Our firm handles foreclosures for lenders as well as opposes foreclosures when there is the possibility of fraud or failure of the lender to follow statutory requirements.
The general statute of limitations in Mississippi is three years [Miss. Code Ann. § 15-1-49]. Actions to enforce negotiable notes and demand notes are subject to a six-year statute of limitations [Miss. Code Ann. § 75-3-118]. Actions to recover a deficiency must be commenced within one year of the foreclosure sale date [Miss. Code Ann. § 15-1-23].
Copies of the mortgage or deed of trust, note, assignments and substitutions of trustee, itemization of account balance and arrearage are essential. If the holder of the deed of trust is operating under a power of attorney or trust agreement, recorded copies of these documents should also be provided. Copies of title policies and surveys are not usually required, but may be helpful in resolving any title issues.
In Mississippi, a foreclosure may be accomplished either judicially or under the “power of sale” provided for in the deed of trust. [Miss. Code Ann. 89-1-55 (1972)] Although the vast majority of foreclosures are conducted under a power of sale, judicial foreclosures remain as a viable alternative in situations that require reformation of the deed of trust, or where unusual circumstances dictate that suit be filed to terminate any equitable rights of redemption of the mortgagor.
Unusual circumstances aside, foreclosures generally rely upon the contractual provisions of the deed of trust as well as legislation implementing the non-judicial power of sale set forth in these deeds of trust. Mississippi deeds of trust typically designate three parties: the “Grantor” (or mortgagor), the “Trustee,” and the “Beneficiary” (or mortgagee). Although the trustee is vested with many powers and functions, including the right to cancel the deed of trust upon satisfaction thereof, his function is generally limited to that of initiating and conducting the foreclosure process. Upon conclusion of the foreclosure sale, the trustee then conveys title to the property to the highest and best bidder at the sale. A typical power-of-sale foreclosure should require less than 115 days from referral to conclusion.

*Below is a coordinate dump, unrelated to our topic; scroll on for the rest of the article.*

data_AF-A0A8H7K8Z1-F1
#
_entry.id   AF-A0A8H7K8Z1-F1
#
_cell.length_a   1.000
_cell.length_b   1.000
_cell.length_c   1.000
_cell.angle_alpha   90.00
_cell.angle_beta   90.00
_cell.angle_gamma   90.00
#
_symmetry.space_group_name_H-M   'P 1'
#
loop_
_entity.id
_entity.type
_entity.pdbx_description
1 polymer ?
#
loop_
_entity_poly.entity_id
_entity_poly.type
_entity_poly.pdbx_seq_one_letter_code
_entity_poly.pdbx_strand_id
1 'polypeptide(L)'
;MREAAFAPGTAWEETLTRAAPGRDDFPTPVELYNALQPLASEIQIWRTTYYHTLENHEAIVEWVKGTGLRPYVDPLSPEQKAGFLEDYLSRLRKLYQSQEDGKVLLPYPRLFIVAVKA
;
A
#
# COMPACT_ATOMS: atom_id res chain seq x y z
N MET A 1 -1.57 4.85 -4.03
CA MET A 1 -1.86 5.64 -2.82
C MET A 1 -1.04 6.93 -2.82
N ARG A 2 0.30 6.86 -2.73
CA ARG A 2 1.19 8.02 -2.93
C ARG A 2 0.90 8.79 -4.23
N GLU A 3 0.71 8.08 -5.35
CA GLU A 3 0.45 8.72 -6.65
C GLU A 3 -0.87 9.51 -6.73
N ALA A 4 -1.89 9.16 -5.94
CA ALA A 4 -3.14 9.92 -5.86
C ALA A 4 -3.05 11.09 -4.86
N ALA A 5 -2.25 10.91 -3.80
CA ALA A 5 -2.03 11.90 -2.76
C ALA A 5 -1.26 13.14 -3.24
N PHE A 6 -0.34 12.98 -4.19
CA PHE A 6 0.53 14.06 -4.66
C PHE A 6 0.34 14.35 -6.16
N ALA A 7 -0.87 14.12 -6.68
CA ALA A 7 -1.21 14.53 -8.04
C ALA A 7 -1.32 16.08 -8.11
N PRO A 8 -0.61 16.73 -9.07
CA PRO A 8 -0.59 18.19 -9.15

A trustee’s or substituted trustee’s deed is used to convey title after foreclosure.
Deeds-in-lieu of foreclosure are an option but, in most cases, save little if any time from what would be involved in a typical power of sale foreclosure. A deed-in-lieu may be an attractive alternative, if a title problem exists with the deed of trust, and the mortgagors otherwise hold clear title to the property. In the absence of some particular circumstance that makes the deed-in-lieu a more expedient remedy, power of sale foreclosures are often preferred. The deed of trust may already be insured under an existing title policy, and problems associated with liens attaching subsequent to the deed of trust are avoided by foreclosure.  CAUTION:  If you are the holder (lender) of the deed of trust, do not take a deed-in-lieu if there are any liens or judgments against the present title holder as these do not go away with a deed-in-lieu.
Unfortunately, in Mississippi, the only notice requirements, in addition to the notice provided by advertisement for sale, are those which may be provided for contractually in the deed of trust or those which may be imposed by the insurer, or guarantor of the loan, or that which may be required to be given the beneficiaries of federal liens or may be required under the provisions of the Fair Debt Collection Practices Act (FDCPA).  If you hold a second deed of trust, the foreclosing first deed of trust holder has no requirement to notify you.  When the first deed of trust holder forecloses, you lose your interest in the property.  The same goes for liens and judgments.  You will not get a notice and your lien or judgment is wiped out with the foreclosure.   It is customary, however, not required, to provide the mortgagors with notice of default at least 30 days prior to the sale date.  If a bankruptcy order containing “drop-dead” relief has been entered, the order may also require that notice of default be given to the debtor and his attorney.